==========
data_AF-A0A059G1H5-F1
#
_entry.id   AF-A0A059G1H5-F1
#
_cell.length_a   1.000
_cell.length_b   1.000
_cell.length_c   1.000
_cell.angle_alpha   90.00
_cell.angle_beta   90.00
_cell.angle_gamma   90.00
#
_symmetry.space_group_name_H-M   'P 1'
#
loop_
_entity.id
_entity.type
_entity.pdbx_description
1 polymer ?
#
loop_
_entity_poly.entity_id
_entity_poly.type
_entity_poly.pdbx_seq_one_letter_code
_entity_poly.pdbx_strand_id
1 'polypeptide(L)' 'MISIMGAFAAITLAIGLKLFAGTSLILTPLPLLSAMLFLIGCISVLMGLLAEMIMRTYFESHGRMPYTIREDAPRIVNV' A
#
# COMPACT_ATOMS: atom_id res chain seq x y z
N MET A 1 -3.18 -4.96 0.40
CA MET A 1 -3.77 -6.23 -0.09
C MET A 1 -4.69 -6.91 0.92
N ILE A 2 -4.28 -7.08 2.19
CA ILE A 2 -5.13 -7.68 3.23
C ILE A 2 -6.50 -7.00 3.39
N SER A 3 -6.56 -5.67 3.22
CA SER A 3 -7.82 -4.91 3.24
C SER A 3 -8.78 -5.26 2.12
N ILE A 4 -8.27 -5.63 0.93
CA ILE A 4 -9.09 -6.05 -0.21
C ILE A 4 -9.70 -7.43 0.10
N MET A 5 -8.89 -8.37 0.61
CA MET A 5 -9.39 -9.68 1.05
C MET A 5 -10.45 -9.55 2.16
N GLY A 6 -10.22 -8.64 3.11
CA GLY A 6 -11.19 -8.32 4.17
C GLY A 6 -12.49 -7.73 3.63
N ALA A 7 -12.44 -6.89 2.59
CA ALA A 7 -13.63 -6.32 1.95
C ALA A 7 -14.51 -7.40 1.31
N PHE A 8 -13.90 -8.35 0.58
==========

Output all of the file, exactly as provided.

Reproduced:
data_AF-A0A059G1H5-F1
#
_entry.id   AF-A0A059G1H5-F1
#
_cell.length_a   1.000
_cell.length_b   1.000
_cell.length_c   1.000
_cell.angle_alpha   90.00
_cell.angle_beta   90.00
_cell.angle_gamma   90.00
#
_symmetry.space_group_name_H-M   'P 1'
#
loop_
_entity.id
_entity.type
_entity.pdbx_description
1 polymer ?
#
loop_
_entity_poly.entity_id
_entity_poly.type
_entity_poly.pdbx_seq_one_letter_code
_entity_poly.pdbx_strand_id
1 'polypeptide(L)' 'MISIMGAFAAITLAIGLKLFAGTSLILTPLPLLSAMLFLIGCISVLMGLLAEMIMRTYFESHGRMPYTIREDAPRIVNV' A
#
# COMPACT_ATOMS: atom_id res chain seq x y z
N MET A 1 -3.18 -4.96 0.40
CA MET A 1 -3.77 -6.23 -0.09
C MET A 1 -4.69 -6.91 0.92
N ILE A 2 -4.28 -7.08 2.19
CA ILE A 2 -5.13 -7.68 3.23
C ILE A 2 -6.50 -7.00 3.39
N SER A 3 -6.56 -5.67 3.22
CA SER A 3 -7.82 -4.91 3.24
C SER A 3 -8.78 -5.26 2.12
N ILE A 4 -8.27 -5.63 0.93
CA ILE A 4 -9.09 -6.05 -0.21
C ILE A 4 -9.70 -7.43 0.10
N MET A 5 -8.89 -8.37 0.61
CA MET A 5 -9.39 -9.68 1.05
C MET A 5 -10.45 -9.55 2.16
N GLY A 6 -10.22 -8.64 3.11
CA GLY A 6 -11.19 -8.32 4.17
C GLY A 6 -12.49 -7.73 3.63
N ALA A 7 -12.44 -6.89 2.59
CA ALA A 7 -13.63 -6.32 1.95
C ALA A 7 -14.51 -7.40 1.31
N PHE A 8 -13.90 -8.35 0.58